Of the five leads, three – Vincent, Turtle and Eric – feel anonymous, while Ari and Drama come across as obnoxious and overbearing. Couldn’t they give us at least one character somewhere in the middle? We’re left with three personalities who bore us and two more who annoy us. That’s not a good recipe for 104 minutes of entertainment.

Perhaps Entourage would’ve worked better with more interesting characters, but even then, I think the flatness of the script and story would make it weak. Essentially we get lots of wisecracks, cameos and story notions but almost nothing to maintain our interest. Perhaps the series was fun, but the movie doesn’t succeed.

Footnote: a coda sequence appears during the end credits.


The Blu-ray Grades: Picture B+/ Audio B-/ Bonus C-

Entourage: The Movie appears in an aspect ratio of approximately 2.40:1 on this Blu-ray Disc. This becomes a positive presentation.

Sharpness remained strong. A few interiors showed minor softness, but most of the film stayed concise and accurate. Moiré effects and jaggies caused no concerns, and I saw no edge haloes. As expected, the movie lacked print flaws.

In terms of colors, Entourage opted for the standard orange and (mostly) teal. I wasn’t wild about those choices, but the Blu-ray reproduced the hues well. Blacks seemed deep and tight, and shadows appeared smooth and clear. The Blu-ray provided a consistently good presentation.

As for the film’s DTS-HD MA 5.1 soundtrack, it lacked much ambition. The soundscape favored environmental material and rarely broadened beyond those horizons. Music used the surrounds and minor effects showed up there, but this was a low-key soundfield.

Audio quality seemed positive. Speech remained concise and distinctive, without edginess or other issues. Music sounded vivid and full, and effects came across as accurate and dynamic. This wasn’t the most ambitious mix, but it suited the story.

A smattering of extras show up here, and we open with The Gang – Still Rockin’ It. In this 14-minute, 18-second piece, we hear from writer/director Doug Ellin, producers Mark Wahlberg, and actors Jeremy Piven, Kevin Connolly, Kevin Dillon, Adrian Grenier, and Jerry Ferrara. We learn about the original series and its adaptation to the big screen. The show offers a few good nuggets but mostly feels promotional.

Hollywood, Baby! goes for eight minutes, 28 seconds and offers notes from Grenier, Ellin, Wahlberg, Connolly, Ferrara, Dillon, Piven, first AD Gary Goldman, producer Stephen Levinson, and actors Nina Agdal, Mark Cuban, Bob Saget, Andrew Dice Clay, Jessica Alba, Armie Hammer, Clay Matthews, Russell Wilson and Ronda Rousey. “Hollywood” covers locations, vehicles and cameos. Expect another fluffy featurette that lacks much content.

During the four-minute, 34-second The Making of Hyde, we get thoughts from “actor/director Vincent Chase”, second unit director Mark Mylod, executive producer Wayne Carmona, makeup department head Julie Kristy, production designer Chase Harlan, picture car hauler/driver Chance Robertson, and creature designer Neville Page. As you’ll infer from the reference to “Vincent Chase” as actor/director, this program treats Vincent like he’s a real person and like Hyde is an actual movie. Despite that goofy conceit, the featurette offers some good info and becomes a better “making of” than the two prior pieces.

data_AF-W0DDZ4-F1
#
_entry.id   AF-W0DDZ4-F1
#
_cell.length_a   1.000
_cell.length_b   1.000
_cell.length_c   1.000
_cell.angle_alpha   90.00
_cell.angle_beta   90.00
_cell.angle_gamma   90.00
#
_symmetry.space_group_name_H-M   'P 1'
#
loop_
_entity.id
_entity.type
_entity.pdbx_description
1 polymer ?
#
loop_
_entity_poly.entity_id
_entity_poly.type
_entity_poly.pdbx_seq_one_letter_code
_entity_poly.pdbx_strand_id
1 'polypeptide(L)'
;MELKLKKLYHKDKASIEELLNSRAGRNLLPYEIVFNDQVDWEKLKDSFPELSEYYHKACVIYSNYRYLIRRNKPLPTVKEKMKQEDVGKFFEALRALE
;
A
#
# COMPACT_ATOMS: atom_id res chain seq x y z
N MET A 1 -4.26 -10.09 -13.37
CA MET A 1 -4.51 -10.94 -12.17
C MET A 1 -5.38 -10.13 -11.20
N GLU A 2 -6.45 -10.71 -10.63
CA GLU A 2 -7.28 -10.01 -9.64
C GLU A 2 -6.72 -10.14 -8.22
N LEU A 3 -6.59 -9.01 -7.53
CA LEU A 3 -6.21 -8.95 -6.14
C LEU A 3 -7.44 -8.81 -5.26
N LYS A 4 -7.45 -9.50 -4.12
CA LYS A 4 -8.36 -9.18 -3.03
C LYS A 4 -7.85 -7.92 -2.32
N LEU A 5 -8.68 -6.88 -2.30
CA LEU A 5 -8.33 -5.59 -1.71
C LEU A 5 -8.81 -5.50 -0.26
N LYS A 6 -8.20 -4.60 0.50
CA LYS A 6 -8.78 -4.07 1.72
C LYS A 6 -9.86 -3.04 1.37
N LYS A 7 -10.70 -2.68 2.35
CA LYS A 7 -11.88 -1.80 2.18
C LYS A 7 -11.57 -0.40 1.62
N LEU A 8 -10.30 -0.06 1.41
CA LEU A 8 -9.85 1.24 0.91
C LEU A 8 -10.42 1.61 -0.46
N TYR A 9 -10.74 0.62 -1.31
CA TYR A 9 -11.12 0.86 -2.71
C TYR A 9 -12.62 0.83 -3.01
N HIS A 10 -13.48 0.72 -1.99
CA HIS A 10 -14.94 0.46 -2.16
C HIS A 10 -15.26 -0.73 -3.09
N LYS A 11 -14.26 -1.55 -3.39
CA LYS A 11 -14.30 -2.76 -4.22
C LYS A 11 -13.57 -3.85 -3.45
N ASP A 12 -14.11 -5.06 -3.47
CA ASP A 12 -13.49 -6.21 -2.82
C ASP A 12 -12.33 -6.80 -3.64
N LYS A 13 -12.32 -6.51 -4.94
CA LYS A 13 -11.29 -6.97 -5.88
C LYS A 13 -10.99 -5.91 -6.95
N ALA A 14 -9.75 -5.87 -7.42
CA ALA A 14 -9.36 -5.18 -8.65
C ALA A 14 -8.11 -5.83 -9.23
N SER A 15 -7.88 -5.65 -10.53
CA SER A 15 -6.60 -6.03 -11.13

Six Deleted Scenes fill 18 minutes, 39 seconds. These offer extended versions of existing sequences, so we see more of the pre-screening party, the main narrative’s conclusion, the Golden Globes red carpet, and the mid-credits coda. We also get a longer view of Hyde as Ari watches it and an elongated Drama audition sequence. All of these pieces seem inessential.

With the Gag Reel, we get two minutes and 46 seconds of material. It mostly delivers the standard mistakes and silliness, but it also comes with a few alternate lines. Those make it a little better than average.

Two promotional featurettes finish the set. We get Meet the Newest Member of Entourage (2:16) and Lucas Ellin Is Jonah Gold (1:59). In these, we hear from young actor Lucas Ellin, as he discusses his experiences on the series and in the movie. He doesn’t tell us much.

The set also includes a DVD copy of the movie. It provides the deleted scenes but lacks the other extras.

An HBO series leaps to the big screen with Entourage: The Movie - and it lands with a thud. A messy, dull collection of wisecracks and cameos, the film goes nowhere. The Blu-ray offers very good picture along with adequate audio and a lackluster set of supplements. Maybe established Entourage fans will enjoy this flick, but I doubt it’ll win over any new followers.

Viewer Film Ratings: 2 Stars Number of Votes: 1